Debby Goldsberry, the CEO of Magnolia Wellness in Oakland, California, and a longtime champion of cannabis and social equity, had a realization while viewing videotape of looters robbing her store in June amid protests against the killing of George Floyd in Minneapolis.
“I saw people who probably sell marijuana for a living and cannot access a permit because they’re too expensive,” she said. “The illicit market exists because the licenses are nearly impossible to secure.”
Many marijuana business owners such as Goldsberry and public-policy experts argue that one of the best ways to shrink the illicit market is to get illegal operators to join the legal sector. In fact, many do. But a scarcity and high cost of licenses has made going legal impossible for many more aspiring cannabis business entrepreneurs, leaving them stuck outside the legal market while looking in.
Cottage Industry Licenses
In markets such as California and Massachusetts, the lack of licenses is less a state-level problem and more a local issue because many local governments—upwards of 60% to 80%, some experts say—have prohibited or limited marijuana businesses from opening. The results are vast “legal pot deserts” where illicit marijuana dealers are the only sources of cannabis for miles around. Goldsberry speculated that many looters of marijuana companies included people from these “deserts.”
Offering more affordable licenses is one solution, and there are precedents for how that might be done. Before Proposition 64 legalized recreational cannabis in California, both San Francisco and Berkeley offered what Goldsberry called “marijuana cottage industry licenses.”
For example, before 2018, San Francisco issued cottage-industry permits to people who made edibles in their kitchens. Like larger businesses, they had to follow standard health codes and other compliance measures.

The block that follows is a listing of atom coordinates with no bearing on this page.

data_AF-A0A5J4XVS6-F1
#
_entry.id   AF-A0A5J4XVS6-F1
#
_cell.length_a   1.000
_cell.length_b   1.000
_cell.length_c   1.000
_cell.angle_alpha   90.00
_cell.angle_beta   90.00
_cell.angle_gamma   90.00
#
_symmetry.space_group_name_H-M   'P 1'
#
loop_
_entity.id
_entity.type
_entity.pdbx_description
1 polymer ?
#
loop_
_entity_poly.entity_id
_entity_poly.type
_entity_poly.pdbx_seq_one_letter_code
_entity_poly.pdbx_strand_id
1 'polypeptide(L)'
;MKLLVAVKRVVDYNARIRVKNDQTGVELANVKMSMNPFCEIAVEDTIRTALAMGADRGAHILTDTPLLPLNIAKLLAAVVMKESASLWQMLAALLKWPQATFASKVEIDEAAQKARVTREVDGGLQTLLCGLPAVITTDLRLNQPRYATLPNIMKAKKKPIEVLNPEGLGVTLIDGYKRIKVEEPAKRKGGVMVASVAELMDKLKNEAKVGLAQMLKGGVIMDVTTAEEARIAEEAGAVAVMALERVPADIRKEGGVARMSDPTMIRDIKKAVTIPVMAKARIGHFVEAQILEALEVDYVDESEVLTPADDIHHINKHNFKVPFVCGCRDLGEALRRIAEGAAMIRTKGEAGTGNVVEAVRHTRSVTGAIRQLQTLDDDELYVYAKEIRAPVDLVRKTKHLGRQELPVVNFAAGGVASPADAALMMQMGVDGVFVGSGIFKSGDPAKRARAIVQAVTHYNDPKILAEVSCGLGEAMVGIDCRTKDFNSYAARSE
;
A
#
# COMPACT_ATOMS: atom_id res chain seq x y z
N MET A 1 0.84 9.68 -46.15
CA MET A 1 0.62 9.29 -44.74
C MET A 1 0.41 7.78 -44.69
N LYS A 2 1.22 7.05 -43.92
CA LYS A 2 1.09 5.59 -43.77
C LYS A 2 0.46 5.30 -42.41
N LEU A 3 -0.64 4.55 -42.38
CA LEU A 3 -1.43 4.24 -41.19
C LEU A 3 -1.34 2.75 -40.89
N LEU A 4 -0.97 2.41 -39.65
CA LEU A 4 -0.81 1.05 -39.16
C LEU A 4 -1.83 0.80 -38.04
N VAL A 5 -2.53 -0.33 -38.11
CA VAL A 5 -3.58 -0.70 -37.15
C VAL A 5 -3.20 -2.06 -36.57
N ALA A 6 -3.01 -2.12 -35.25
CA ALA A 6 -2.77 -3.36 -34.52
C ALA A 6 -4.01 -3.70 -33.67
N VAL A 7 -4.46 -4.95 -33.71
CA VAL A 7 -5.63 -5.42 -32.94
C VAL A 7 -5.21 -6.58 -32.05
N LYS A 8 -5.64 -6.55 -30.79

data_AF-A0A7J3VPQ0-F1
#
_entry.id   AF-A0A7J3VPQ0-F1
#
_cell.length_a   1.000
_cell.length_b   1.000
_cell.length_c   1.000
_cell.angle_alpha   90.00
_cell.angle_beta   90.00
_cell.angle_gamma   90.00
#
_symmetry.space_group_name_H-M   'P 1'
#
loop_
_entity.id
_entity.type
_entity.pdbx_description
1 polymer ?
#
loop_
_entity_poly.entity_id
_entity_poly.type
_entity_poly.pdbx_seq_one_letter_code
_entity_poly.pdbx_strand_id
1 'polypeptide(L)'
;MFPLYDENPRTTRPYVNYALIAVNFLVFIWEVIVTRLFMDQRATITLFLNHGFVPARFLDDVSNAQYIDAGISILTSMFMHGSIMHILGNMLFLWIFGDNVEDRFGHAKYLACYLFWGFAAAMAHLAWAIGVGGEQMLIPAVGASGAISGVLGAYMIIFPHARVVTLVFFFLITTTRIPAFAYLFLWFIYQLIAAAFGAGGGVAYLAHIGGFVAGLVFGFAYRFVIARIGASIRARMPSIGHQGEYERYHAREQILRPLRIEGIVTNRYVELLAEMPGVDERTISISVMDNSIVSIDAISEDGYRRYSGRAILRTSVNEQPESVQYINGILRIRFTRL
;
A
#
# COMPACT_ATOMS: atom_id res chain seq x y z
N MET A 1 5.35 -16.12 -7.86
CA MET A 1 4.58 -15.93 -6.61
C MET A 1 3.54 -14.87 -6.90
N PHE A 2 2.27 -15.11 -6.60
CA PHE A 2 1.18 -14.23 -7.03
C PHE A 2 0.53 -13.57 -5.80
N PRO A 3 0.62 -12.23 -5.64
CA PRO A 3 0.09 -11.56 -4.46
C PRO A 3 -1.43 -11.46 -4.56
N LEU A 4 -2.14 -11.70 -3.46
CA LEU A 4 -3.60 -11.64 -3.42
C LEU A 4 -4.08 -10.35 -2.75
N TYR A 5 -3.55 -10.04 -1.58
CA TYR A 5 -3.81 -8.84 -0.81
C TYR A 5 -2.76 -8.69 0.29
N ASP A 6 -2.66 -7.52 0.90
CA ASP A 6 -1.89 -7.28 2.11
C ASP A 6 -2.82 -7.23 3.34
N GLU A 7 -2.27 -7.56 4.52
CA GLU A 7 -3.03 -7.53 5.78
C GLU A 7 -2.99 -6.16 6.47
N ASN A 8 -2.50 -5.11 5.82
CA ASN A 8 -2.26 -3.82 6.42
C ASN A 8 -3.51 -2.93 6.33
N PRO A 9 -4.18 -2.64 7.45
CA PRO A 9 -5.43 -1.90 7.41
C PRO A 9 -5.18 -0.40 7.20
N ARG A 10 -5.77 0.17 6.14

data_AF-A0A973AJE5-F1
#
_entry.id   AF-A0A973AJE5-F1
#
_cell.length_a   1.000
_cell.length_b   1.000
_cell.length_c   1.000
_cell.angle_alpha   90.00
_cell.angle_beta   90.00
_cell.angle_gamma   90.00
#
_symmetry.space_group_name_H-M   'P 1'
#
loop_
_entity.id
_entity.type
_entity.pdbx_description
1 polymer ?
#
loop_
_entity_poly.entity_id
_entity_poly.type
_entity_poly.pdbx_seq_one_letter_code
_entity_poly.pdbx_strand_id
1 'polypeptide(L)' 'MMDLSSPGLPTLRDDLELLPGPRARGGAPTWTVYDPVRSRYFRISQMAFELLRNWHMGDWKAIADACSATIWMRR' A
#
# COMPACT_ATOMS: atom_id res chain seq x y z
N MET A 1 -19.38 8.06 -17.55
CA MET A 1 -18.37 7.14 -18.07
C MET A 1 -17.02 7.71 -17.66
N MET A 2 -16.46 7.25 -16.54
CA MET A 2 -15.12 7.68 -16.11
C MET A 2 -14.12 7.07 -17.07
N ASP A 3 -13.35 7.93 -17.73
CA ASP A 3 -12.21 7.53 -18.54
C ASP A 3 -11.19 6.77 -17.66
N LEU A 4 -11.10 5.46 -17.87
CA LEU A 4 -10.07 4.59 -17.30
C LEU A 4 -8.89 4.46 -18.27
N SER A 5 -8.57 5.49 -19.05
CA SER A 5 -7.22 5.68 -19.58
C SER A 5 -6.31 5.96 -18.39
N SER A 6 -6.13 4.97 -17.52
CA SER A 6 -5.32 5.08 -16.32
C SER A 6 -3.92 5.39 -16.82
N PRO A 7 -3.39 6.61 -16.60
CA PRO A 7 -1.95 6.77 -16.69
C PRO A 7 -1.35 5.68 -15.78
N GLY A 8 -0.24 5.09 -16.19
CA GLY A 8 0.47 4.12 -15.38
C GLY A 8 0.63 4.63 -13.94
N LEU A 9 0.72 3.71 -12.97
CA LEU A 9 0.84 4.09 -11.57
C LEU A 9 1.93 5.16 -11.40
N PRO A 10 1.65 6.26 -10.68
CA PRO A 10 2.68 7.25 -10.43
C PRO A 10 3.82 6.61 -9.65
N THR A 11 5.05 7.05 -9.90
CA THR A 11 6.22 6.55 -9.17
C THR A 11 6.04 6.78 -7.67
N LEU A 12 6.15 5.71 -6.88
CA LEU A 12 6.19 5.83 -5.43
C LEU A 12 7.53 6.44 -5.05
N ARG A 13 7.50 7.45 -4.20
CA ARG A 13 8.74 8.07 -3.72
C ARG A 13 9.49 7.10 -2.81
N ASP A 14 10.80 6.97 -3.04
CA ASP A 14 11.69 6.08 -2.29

“Let’s do that,” Goldsberry said of licensing small marijuana businesses. “I think that’s the solution.”
Berkeley also issued permits for what were essentially home-based delivery services. “You buy it in your front living room. You store it in your bedroom and you take it out to your buddies and sell it in their living room. That is how the market is operated. So legalize that,” Goldsberry said.
“It worked fine—really great, actually. And as those companies get bigger, they can graduate into their own spaces. And it was really a good scheme.”
These programs no longer exist, however, and the companies had to close—although many probably continued operating illicitly, Goldsberry said.
Varied Licensing Options
Zachary Pitts, the president of Ganja Goddess, which operates a statewide delivery service in California and a Seattle recreational store, agreed more licenses would be helpful—but not just any kind.
“If you don’t offer them an option to operate legally, they’re not going to operate legally,” Pitts said. For example, Washington state doesn’t allow delivery, so the illicit market is almost exclusively conducted by dealers who meet buyers in homes or on the street—unlike California, where that situation also exists but there are many unlicensed storefronts serving customers.
Pitts believes that if Washington state allowed deliveries, the practice would seriously hurt the state’s illegal market. “If Washington started licensing delivery, they’d probably have a lot more success in getting rid of the illicit market almost completely.”
Kris Krane, president of 4Front Ventures, a multistate operator headquartered in Arizona, agreed more licenses would help, but he also issued a warning: “When there is no interstate commerce but too many licensed vendors, you could end up with a glut of product,” he said, pointing to Oregon, which many industry observers believe sends its surplus marijuana to states with no legal cannabis market.
“It’s kind of a balancing act,” Krane said. “If there is too much production, and the prices come down too much, some of that might actually wind up in the illicit market and put the programs themselves in jeopardy. You’ve got to find that right balance.”